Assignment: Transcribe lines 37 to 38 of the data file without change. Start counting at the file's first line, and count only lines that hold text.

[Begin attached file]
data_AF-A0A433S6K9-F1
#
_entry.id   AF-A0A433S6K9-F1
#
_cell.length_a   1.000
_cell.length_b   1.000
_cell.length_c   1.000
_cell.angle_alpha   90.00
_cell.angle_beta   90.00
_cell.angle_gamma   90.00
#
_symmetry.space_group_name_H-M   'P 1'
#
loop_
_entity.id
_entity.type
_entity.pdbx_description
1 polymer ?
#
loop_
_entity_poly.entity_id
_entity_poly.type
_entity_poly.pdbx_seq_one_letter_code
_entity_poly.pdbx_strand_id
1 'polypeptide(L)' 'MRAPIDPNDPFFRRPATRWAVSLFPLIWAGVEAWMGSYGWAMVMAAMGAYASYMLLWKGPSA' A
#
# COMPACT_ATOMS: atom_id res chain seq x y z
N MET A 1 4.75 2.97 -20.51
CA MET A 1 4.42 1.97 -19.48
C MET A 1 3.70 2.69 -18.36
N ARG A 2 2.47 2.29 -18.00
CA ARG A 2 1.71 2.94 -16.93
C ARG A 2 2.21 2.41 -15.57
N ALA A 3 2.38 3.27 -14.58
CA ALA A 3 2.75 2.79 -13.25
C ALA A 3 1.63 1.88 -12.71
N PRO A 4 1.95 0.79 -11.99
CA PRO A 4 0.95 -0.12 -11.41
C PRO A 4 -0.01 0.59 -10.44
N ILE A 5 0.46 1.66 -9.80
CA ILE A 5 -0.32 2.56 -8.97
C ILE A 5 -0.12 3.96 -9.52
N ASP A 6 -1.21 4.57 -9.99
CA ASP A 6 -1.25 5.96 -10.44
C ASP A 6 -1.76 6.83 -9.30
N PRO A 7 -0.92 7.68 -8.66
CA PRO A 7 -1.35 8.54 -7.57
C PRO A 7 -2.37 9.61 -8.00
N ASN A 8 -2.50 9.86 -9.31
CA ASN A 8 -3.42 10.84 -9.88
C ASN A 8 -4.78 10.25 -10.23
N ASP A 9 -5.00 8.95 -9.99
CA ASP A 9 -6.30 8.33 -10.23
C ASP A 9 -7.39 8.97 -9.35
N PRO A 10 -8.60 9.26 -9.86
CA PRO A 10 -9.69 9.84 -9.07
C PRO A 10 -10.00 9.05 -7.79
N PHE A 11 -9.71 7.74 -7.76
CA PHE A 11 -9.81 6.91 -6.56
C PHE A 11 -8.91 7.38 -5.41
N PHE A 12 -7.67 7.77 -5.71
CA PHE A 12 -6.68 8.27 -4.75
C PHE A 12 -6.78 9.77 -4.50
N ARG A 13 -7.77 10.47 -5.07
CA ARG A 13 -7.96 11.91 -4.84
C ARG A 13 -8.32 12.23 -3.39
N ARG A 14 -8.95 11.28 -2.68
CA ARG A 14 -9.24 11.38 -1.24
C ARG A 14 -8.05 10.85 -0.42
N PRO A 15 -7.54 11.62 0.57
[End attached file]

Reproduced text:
N PRO A 4 1.95 0.79 -11.99
CA PRO A 4 0.95 -0.12 -11.41